Now he tells us! On the way out, Doctoroff admits Atlantic Yards process was flawed

Now he tells us! On the way out, Doctoroff admits Atlantic Yards process was flawed
The Brooklyn Paper file / Gregory P. Mango

Departing Deputy Mayor Dan Doctoroff took a parting shot at the Atlantic Yards mega-development this week, offering the stunning admission that if the city had to do it all over again, it would have demanded a proper public review of the $4-billion project.

In an interview with the New York Observer, Doctoroff suggested that he was wrong to sign off on the state’s oversight of Bruce Ratner’s project — an agreement that allowed the state to supercede city zoning and get approval for the project without having to undergo the city’s far-more-rigorous Uniform Land-Use Review Procedure.

“I’m a huge believer in the ULURP process,” he told the Observer. “If it happened again, and the state were to ask if I would encourage them to take Atlantic Yards through the ULURP process, I would say yes.”

The comment sent shockwaves through the opposition to Atlantic Yards — especially since it was Doctoroff who signed the 2005 agreement between the city, state and Forest City Ratner that allowed the 16-skyscraper, basketball arena, housing, office space and hotel complex to skirt local oversight.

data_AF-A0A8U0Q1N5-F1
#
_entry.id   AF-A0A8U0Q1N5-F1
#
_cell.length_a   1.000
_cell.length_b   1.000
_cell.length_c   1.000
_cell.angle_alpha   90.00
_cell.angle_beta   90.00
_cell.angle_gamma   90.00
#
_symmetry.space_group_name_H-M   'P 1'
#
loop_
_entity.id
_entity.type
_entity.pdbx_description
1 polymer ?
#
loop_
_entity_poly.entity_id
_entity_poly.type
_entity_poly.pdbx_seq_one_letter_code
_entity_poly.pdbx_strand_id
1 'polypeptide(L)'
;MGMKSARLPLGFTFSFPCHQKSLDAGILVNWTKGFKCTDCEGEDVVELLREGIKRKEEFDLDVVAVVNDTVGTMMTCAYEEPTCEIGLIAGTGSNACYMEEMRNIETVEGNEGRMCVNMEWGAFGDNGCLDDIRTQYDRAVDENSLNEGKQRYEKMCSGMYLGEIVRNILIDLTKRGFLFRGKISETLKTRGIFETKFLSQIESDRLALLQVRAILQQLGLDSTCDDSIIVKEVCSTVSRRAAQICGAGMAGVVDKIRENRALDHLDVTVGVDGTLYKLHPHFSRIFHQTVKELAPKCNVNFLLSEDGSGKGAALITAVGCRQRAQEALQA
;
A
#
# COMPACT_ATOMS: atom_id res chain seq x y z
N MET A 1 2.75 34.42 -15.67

That deal ushered in a truncated review of the project that was orchestrated by state officials rather than analyzed by them, critics say.

By comparison, the city’s eight-month ULURP process requires public hearings and votes by the affected community boards, the borough president, the city Planning Commission, various City Council committees and the full Council.

Through ULURP, projects get enhanced review that often results in significant concessions from the developer.

“Of course Mr. Doctoroff is right [that] Atlantic Yards should have gone through the democratic process known as ULURP,” said Daniel Goldstein, a spokesman for Develop Don’t Destroy Brooklyn. “Nearly all of the project’s myriad problems stem from the bypass of ULURP.”

Councilmember Letitia James (D–Fort Greene) said Doctoroff’s “too little, too late” comments at least acknowledged that the city “made a mistake and that the project should have been more transparent and democratic and that the public should have had a bigger role.”

But she seized on Doctoroff’s suggestion of what he would do “if it happened again.”

“What does he mean, ‘If it happened again?’” James asked.

“It’s still happening. This is not a done deal. Dan Doctoroff is still in office and he should pick up the phone, call the governor and get this project reviewed again, this time through ULURP.”

A spokesman for the Empire State Development Corporation, the state agency that sought the override of city zoning that Doctoroff now suggests should not have been done, said the agency would not have a comment on the deputy mayor’s change of heart.

A spokesman for Forest City Ratner also did not care to comment.